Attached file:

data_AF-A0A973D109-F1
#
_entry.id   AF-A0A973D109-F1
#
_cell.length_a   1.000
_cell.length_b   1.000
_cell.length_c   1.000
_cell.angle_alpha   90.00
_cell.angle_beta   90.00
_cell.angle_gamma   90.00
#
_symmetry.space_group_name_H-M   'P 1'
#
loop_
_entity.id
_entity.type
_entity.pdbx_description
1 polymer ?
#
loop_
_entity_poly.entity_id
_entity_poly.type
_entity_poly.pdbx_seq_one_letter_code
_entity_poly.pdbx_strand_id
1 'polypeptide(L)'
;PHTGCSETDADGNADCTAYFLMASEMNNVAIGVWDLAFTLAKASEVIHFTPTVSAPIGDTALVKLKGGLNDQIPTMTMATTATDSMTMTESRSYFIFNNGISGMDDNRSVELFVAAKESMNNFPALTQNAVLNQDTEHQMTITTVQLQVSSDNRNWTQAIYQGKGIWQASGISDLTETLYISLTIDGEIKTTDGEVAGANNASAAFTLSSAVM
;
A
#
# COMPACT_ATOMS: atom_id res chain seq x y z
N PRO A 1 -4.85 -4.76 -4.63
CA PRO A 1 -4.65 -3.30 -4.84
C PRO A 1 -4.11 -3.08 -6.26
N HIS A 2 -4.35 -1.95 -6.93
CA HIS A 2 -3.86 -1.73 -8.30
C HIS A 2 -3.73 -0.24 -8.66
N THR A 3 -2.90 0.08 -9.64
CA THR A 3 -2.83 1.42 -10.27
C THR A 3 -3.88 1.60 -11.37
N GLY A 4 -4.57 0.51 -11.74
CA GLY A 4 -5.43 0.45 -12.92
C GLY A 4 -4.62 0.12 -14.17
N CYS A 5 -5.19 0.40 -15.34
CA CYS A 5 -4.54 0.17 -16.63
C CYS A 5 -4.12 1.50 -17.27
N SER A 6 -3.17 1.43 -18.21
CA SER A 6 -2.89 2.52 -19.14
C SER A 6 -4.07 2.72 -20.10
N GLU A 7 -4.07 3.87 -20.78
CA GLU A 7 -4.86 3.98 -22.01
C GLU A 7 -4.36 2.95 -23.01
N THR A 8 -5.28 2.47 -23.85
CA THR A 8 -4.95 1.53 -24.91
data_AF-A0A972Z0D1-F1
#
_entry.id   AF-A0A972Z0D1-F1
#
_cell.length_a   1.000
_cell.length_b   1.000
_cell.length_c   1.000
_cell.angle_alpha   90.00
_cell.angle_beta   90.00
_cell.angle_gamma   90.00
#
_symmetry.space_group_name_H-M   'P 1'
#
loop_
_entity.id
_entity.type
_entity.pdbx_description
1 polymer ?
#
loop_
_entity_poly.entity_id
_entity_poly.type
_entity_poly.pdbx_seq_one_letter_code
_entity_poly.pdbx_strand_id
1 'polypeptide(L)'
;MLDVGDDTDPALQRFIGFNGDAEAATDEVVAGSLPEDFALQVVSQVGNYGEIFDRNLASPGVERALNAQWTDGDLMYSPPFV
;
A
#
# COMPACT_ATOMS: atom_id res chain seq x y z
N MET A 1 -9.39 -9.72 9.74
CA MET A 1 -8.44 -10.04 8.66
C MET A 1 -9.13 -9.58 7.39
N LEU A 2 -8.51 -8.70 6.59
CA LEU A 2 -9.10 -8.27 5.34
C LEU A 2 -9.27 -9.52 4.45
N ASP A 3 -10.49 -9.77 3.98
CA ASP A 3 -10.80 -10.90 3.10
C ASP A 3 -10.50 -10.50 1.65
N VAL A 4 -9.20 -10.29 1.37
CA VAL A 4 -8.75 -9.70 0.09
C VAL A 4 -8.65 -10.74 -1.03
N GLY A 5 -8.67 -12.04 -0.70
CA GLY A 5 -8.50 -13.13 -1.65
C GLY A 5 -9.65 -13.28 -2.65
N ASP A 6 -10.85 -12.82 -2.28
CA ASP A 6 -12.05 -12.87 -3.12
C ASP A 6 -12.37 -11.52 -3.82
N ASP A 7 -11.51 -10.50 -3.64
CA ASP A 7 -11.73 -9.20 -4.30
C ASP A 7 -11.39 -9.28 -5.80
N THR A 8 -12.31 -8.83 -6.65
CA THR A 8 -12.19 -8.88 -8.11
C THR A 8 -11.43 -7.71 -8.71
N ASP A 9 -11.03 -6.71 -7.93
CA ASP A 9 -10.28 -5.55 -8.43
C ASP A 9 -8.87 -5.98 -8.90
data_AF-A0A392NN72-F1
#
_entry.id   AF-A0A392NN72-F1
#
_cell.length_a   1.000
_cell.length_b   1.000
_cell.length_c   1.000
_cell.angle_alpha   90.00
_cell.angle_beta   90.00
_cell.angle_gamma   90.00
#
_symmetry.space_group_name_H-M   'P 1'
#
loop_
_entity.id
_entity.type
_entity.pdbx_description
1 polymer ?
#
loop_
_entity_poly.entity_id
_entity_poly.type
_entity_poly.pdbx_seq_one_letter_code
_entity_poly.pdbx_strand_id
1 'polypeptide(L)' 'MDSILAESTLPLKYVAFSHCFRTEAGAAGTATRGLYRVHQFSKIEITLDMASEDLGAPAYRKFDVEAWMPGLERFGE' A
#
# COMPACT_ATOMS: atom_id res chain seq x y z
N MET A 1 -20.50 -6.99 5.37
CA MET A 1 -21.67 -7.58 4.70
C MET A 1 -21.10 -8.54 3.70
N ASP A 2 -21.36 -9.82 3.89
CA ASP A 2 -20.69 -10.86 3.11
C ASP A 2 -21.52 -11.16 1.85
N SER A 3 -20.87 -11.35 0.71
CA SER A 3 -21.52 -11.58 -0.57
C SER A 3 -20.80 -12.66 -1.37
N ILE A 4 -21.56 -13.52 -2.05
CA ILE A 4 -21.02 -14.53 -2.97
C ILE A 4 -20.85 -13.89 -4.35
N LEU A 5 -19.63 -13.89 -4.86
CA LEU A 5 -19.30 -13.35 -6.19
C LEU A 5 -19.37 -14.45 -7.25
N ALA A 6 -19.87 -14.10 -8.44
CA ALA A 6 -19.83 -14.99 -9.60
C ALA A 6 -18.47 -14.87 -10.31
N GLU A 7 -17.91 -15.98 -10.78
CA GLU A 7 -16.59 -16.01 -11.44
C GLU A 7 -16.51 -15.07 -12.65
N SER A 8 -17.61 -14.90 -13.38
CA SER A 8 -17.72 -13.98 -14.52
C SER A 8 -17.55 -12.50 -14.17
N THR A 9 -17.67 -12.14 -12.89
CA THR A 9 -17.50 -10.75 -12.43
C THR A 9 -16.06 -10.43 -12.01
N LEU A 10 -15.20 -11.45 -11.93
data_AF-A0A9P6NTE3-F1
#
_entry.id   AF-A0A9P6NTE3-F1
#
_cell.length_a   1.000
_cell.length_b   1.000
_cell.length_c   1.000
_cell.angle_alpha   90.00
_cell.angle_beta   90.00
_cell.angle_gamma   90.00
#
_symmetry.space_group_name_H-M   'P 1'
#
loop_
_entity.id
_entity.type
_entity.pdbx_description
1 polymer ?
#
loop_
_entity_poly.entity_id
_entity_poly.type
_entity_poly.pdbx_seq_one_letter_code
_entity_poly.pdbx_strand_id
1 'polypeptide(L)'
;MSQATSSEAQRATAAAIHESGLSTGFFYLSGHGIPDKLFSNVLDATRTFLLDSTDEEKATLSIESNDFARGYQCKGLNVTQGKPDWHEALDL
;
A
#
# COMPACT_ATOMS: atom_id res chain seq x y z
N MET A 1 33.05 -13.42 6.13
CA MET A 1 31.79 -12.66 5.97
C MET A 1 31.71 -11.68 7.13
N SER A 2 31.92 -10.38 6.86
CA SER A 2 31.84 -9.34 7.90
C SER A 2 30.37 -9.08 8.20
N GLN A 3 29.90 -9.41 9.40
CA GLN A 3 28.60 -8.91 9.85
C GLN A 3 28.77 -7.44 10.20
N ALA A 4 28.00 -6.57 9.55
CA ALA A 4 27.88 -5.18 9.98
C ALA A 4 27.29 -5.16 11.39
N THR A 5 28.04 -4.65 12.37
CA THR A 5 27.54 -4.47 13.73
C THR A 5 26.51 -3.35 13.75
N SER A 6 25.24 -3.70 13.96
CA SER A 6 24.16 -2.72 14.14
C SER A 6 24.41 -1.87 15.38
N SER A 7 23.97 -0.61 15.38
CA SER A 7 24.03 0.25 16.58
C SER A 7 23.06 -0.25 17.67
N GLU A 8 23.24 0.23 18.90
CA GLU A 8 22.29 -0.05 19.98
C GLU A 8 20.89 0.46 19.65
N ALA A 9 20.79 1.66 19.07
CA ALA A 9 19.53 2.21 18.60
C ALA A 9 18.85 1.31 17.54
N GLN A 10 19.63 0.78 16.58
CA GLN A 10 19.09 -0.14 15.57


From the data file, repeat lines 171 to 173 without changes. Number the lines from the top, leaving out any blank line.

_cell.length_b   1.000
_cell.length_c   1.000
_cell.angle_alpha   90.00